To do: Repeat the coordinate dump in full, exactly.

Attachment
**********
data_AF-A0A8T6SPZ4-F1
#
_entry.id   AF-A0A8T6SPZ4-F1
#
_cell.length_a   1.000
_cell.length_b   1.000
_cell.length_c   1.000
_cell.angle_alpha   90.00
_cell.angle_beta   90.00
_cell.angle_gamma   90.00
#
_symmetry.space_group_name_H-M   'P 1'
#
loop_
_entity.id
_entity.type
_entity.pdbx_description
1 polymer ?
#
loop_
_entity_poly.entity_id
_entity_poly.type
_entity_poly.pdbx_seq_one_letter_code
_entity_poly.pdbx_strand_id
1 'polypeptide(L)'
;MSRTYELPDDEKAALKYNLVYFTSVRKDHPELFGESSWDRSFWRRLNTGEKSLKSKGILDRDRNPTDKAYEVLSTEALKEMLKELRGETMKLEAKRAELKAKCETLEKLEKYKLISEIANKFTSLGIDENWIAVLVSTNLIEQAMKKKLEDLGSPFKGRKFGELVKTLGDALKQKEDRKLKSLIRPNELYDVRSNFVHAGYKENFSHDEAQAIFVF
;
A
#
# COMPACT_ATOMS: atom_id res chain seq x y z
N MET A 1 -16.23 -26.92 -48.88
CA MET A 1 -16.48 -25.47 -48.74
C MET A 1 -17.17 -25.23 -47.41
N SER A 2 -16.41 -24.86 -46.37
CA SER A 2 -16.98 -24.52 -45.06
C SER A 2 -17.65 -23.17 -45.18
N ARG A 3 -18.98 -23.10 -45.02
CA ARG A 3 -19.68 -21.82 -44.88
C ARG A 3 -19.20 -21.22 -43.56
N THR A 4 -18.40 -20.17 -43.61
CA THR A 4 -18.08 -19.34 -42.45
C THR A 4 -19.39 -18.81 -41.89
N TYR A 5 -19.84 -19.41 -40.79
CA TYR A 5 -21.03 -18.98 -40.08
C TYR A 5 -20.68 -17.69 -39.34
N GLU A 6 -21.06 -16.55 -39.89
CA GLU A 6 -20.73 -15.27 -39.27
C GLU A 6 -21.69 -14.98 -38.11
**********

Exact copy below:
data_AF-A0A8T6SPZ4-F1
#
_entry.id   AF-A0A8T6SPZ4-F1
#
_cell.length_a   1.000
_cell.length_b   1.000
_cell.length_c   1.000
_cell.angle_alpha   90.00
_cell.angle_beta   90.00
_cell.angle_gamma   90.00
#
_symmetry.space_group_name_H-M   'P 1'
#
loop_
_entity.id
_entity.type
_entity.pdbx_description
1 polymer ?
#
loop_
_entity_poly.entity_id
_entity_poly.type
_entity_poly.pdbx_seq_one_letter_code
_entity_poly.pdbx_strand_id
1 'polypeptide(L)'
;MSRTYELPDDEKAALKYNLVYFTSVRKDHPELFGESSWDRSFWRRLNTGEKSLKSKGILDRDRNPTDKAYEVLSTEALKEMLKELRGETMKLEAKRAELKAKCETLEKLEKYKLISEIANKFTSLGIDENWIAVLVSTNLIEQAMKKKLEDLGSPFKGRKFGELVKTLGDALKQKEDRKLKSLIRPNELYDVRSNFVHAGYKENFSHDEAQAIFVF
;
A
#
# COMPACT_ATOMS: atom_id res chain seq x y z
N MET A 1 -16.23 -26.92 -48.88
CA MET A 1 -16.48 -25.47 -48.74
C MET A 1 -17.17 -25.23 -47.41
N SER A 2 -16.41 -24.86 -46.37
CA SER A 2 -16.98 -24.52 -45.06
C SER A 2 -17.65 -23.17 -45.18
N ARG A 3 -18.98 -23.10 -45.02
CA ARG A 3 -19.68 -21.82 -44.88
C ARG A 3 -19.20 -21.22 -43.56
N THR A 4 -18.40 -20.17 -43.61
CA THR A 4 -18.08 -19.34 -42.45
C THR A 4 -19.39 -18.81 -41.89
N TYR A 5 -19.84 -19.41 -40.79
CA TYR A 5 -21.03 -18.98 -40.08
C TYR A 5 -20.68 -17.69 -39.34
N GLU A 6 -21.06 -16.55 -39.89
CA GLU A 6 -20.73 -15.27 -39.27
C GLU A 6 -21.69 -14.98 -38.11